2. Product analysis – For projects that have a product as a deliverable, it is a tool to define scope that generally means asking questions about a product and forming answers to describe the use, characteristics, and other the relevant aspects of what is going to be manufactured
3. Alternatives generation – A technique used to develop as many potential options as possible in order to identify different approaches.
4. Context diagrams – A visual depiction of the product scope showing a business system (process, equipment, computer system, etc.), and how people and other systems (actors) interact with it
Prototyping is creating models of deliverables help in understanding the need & articulate the requirements. Sometimes requirements gathering is performed by observation of tasks being carried out & noting down the processes, pain points and exact user steps
Here are the pointers for further reading:
Requirement Elicitation Techniques – http://www.umsl.edu/~ycnx6/  (Retrieved on 01/06/2014)
Ten Requirements Gathering Techniques – http://tynerblain.com/blog/2006/11/21/ten-requirements-gathering-techniques/  (Retrieved on 01/06/2014)
Elicitation Techniques for Processes, Rules, and Requirements – http://tynerblain.com/blog/2007/09/13/elicitation-techniques-2/  (Retrieved on 01/06/2014)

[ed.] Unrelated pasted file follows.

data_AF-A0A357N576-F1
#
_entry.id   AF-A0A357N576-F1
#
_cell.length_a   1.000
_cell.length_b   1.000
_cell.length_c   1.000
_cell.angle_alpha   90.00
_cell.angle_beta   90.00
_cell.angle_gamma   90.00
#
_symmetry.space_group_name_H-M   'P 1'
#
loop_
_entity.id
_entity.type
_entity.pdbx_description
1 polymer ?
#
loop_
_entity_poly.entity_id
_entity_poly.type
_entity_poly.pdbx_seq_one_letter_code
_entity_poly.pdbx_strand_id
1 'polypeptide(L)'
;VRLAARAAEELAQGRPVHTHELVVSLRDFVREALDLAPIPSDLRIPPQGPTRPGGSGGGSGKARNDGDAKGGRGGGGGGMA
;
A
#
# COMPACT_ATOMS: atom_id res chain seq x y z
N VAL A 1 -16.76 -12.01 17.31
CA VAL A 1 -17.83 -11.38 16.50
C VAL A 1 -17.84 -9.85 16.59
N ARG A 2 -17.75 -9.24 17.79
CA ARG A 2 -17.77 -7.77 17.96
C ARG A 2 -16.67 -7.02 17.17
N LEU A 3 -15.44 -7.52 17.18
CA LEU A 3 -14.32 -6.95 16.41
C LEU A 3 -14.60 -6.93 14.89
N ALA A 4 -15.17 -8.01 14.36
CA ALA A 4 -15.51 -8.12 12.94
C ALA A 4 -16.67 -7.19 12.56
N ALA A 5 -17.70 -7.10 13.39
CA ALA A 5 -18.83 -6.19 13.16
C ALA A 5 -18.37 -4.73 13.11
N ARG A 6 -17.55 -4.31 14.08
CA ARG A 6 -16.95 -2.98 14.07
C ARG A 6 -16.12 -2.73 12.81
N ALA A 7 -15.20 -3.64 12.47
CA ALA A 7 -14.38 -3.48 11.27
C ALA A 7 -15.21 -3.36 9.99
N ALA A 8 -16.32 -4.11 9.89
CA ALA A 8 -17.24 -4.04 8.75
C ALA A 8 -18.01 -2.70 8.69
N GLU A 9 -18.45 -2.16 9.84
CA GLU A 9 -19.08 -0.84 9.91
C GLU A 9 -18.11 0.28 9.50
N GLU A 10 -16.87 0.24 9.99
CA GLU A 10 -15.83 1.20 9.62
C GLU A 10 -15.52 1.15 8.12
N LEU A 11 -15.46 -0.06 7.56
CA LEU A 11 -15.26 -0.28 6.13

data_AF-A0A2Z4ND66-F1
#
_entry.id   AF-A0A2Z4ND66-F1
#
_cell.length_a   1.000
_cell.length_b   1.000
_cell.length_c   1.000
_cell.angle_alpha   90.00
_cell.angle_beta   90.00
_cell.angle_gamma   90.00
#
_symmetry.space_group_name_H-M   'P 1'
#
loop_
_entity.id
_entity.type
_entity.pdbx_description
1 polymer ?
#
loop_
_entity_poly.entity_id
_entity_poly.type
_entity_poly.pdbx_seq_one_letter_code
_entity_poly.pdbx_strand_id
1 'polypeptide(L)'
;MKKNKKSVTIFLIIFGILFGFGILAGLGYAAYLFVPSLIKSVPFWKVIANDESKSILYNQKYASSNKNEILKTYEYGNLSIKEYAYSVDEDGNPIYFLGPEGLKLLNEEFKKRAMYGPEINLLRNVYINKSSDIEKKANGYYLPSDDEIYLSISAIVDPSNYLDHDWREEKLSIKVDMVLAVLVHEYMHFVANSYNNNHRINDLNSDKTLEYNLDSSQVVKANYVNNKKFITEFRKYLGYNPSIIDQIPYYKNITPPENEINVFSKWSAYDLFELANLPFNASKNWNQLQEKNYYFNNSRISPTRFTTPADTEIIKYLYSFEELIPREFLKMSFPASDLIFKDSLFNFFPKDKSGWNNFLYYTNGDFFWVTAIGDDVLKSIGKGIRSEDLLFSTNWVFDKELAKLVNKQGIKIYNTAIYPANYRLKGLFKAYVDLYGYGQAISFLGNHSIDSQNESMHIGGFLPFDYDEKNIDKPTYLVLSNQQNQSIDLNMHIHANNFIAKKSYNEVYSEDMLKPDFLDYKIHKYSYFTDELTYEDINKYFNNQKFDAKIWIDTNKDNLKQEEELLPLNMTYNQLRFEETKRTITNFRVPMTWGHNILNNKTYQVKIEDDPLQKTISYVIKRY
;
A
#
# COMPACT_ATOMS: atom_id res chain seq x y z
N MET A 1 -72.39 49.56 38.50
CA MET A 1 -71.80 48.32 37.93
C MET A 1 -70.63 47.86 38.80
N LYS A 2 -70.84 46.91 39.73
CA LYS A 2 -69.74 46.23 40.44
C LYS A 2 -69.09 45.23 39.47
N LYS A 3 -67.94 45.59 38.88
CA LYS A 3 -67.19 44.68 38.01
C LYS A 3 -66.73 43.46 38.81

Analytic Hierarchy Process – http://en.wikipedia.org/wiki/Analytic_hierarchy_process  (Retrieved on 01/06/2014)
Of course you need to go through PMBOK 5th Edition as reference to get universal definitions.

A note on Product Scope & Project Scope


In Project Management context, clarification on Product Scope and Project Scope is important & it helps easy management of the project.

We discussed on terms Project , Product & relation between Project Life Cycle and Product Life cycle earlier. Just a recap here:

Project is the one which is executed to create a unique product or services; and

Product is the outcome of a Project.

With above definition in mind let us review their scope definition:

Product scope: The features and functions that characterize a product, service, or result

Project scope: The work that needs to be accomplished to deliver a product, service, or result with the specified features and functions. [1]

Product scope can remain constant at the same time that project scope expands which is called as Progressive elaboration. Progressive elaboration should not be confused with scope creep. Progressive elaboration is giving more details for the already defined scope and not increasing the project scope. And
Scope creep is adding features and functionality (project scope) without addressing the effects on time, costs, and resources, or without customer approval.

Example:

My building contractor estimated the work on my house construction. He thought that he will be using special type of cement for concreting. But that special cement was not available in our place. He explained me who was responsible for ordering and delivering the materials from his side. Taking on that responsibility doesn’t change the product scope (house construction), but now the activity (in project scope) & its responsibility was completely explained. (Progressive elaboration)

After contractor started the work with the plan & estimate, my wife suggested me to add a wall construction near the entrance. But this was different from what we agreed. So, contractor told me this was an extra work and he did it with extra money. (Scope creep)

References:
[1]. PMBOK® Guide – 3rd edition